In an op-ed for the Wall Street Journal, West Virginia Sen. Joe Manchin called for a “strategic pause” on the $3.5 trillion budget bill championed by progressives and containing key parts of President Joe Biden’s domestic agenda.
“Instead of rushing to spend trillions on new government programs and additional stimulus funding, Congress should hit a strategic pause on the budget-reconciliation legislation,” Manchin wrote, adding: “A pause is warranted because it will provide more clarity on the trajectory of the pandemic, and it will allow us to determine whether inflation is transitory or not.”
Earlier this week, at an event with the West Virginia Chamber of Commerce, Manchin called for his colleagues to “hit the pause button” on the spending bill, which contains a number of progressive domestic priorities, including paid family leave, free community college and universal pre-kindergarten and measures to combat climate change.
“If the country is facing what we're facing now,” Manchin said at the Wednesday event, citing the challenges of “the unknown of the COVID,” the “unknown of the world order” following the United States’ withdrawal from Afghanistan and rising inflation, "I would ask my colleagues, and all of the Senate, to hit the pause button on the $3.5 [trillion].”
“Hit the pause button,” Manchin said at the event. “Let’s sit back. Let’s see what happens. We have so much on our plate. We really have an awful lot. I think that would be the prudent, wise thing to do.”
Manchin expressed similar sentiments in his op-ed: “The nation faces an unprecedented array of challenges and will inevitably encounter additional crises in the future. Yet some in Congress have a strange belief there is an infinite supply of money to deal with any current or future crisis, and that spending trillions upon trillions will have no negative consequence for the future. I disagree.”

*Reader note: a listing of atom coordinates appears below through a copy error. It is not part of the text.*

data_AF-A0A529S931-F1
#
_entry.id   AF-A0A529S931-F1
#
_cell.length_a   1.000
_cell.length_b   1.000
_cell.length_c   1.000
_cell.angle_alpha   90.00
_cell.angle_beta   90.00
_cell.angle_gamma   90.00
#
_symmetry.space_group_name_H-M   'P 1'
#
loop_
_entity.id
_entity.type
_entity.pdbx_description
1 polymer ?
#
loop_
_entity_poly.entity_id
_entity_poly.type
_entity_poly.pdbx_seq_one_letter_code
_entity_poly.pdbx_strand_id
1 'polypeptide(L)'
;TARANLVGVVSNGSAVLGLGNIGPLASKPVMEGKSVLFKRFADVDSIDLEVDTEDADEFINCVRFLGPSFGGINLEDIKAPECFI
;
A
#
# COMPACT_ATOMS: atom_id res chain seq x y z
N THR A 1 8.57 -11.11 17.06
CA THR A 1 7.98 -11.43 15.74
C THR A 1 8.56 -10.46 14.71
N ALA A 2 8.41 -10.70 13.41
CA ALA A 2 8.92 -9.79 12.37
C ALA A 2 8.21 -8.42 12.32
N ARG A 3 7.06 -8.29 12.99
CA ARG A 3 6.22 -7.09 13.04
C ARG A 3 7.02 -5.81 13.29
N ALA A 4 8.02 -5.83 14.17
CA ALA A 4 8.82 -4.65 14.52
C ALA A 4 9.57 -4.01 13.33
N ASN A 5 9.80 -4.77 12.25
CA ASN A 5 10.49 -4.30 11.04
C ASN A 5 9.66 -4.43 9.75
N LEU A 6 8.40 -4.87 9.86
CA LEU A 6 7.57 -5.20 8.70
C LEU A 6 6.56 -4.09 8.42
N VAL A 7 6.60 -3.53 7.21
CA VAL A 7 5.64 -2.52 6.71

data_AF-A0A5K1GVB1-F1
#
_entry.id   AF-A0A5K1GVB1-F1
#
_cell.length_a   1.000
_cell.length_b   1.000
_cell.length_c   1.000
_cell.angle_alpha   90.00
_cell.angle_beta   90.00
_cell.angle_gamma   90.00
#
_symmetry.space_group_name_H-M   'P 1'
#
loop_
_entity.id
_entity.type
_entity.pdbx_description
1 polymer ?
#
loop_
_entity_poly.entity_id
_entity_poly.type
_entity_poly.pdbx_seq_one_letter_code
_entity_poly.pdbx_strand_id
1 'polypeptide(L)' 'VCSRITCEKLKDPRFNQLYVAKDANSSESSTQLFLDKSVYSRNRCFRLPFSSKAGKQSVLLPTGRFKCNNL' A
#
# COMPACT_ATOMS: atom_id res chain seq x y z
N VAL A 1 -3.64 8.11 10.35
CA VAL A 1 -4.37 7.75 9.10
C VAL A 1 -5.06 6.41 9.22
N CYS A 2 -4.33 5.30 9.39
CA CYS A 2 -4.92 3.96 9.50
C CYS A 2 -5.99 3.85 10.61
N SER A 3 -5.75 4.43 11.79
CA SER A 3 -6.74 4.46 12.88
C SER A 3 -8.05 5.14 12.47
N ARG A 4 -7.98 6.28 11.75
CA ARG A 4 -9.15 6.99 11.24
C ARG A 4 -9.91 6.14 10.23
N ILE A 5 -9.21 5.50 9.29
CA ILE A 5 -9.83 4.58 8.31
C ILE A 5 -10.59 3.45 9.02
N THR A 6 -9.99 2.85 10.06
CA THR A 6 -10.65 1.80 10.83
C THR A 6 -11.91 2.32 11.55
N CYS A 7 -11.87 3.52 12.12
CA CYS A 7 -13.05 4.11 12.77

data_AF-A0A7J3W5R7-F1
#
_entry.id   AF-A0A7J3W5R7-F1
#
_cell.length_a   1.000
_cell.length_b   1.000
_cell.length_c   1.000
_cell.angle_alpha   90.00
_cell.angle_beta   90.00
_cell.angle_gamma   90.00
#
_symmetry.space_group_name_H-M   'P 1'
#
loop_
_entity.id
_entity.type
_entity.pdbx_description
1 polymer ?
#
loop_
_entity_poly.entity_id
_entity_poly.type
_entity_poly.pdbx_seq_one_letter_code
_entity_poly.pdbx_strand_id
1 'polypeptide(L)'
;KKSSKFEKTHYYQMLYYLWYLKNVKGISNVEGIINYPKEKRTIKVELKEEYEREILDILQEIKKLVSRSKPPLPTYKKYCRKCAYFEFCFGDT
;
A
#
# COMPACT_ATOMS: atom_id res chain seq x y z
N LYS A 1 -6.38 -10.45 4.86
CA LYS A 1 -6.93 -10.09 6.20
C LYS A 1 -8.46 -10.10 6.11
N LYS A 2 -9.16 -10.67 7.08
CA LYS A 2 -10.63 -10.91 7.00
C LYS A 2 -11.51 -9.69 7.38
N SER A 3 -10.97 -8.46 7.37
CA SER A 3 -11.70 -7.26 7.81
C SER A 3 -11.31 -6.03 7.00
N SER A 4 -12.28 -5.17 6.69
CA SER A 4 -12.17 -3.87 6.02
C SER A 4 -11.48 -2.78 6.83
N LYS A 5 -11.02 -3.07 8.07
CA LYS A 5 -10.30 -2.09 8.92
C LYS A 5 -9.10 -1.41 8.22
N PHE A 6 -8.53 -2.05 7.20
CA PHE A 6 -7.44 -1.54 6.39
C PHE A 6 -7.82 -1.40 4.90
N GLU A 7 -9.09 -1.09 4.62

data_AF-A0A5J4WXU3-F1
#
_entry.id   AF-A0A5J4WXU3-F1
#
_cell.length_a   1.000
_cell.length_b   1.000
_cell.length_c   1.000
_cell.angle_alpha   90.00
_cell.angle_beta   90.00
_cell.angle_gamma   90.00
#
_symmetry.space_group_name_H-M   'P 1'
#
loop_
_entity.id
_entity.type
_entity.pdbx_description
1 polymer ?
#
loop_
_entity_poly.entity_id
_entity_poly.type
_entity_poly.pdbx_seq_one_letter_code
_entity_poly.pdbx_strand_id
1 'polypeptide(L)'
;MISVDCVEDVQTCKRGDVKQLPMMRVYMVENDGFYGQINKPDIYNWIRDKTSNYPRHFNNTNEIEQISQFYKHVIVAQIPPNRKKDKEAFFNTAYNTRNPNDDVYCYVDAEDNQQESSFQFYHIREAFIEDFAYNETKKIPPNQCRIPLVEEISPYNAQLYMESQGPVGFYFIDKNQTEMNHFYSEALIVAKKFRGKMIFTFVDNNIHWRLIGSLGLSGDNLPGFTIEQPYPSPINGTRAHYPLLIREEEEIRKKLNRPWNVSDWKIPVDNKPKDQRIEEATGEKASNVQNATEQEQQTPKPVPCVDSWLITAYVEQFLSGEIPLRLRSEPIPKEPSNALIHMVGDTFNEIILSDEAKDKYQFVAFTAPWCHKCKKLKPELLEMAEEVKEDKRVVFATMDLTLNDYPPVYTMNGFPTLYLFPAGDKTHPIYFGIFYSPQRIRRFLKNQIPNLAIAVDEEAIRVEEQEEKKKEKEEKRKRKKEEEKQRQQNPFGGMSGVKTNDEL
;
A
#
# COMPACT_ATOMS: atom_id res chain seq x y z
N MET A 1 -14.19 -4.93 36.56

Manchin’s remarks come as members of the House and Senate are working to assemble the spending bill with the hope of passing the measure in the coming weeks.
The White House and Democratic leaders in Congress have aimed to pass the budget bill alongside the $1 trillion bipartisan infrastructure bill, which passed the Senate in August. The House voted to advance both bills last month, allowing Congress to move forward on the $3.5 trillion budget while committing to pass the infrastructure bill by Sept. 27 after a standoff between House Speaker Nancy Pelosi and a key group of moderates.
Democrats would need the support of all 50 Senate Democrats to pass the budget bill, which faces universal Republican opposition.
A key moderate voice in the Democratic caucus, Manchin’s words — and his vote — carry weight in an evenly divided Senate.
“While some have suggested this reconciliation legislation must be passed now, I believe that making budgetary decisions under artificial political deadlines never leads to good policy or sound decisions,” Manchin wrote. “I have always said if I can’t explain it, I can’t vote for it, and I can’t explain why my Democratic colleagues are rushing to spend $3.5 trillion.”
Fellow moderate Sen. Kyrsten Sinema, D-Ariz. has expressed concern about the price tag, but committed to working with Democratic colleagues on the legislation.
“By placing a strategic pause on this budgetary proposal, by significantly reducing the size of any possible reconciliation bill to only what America can afford and needs to spend, we can and will build a better and stronger nation for all our families,” Manchin said.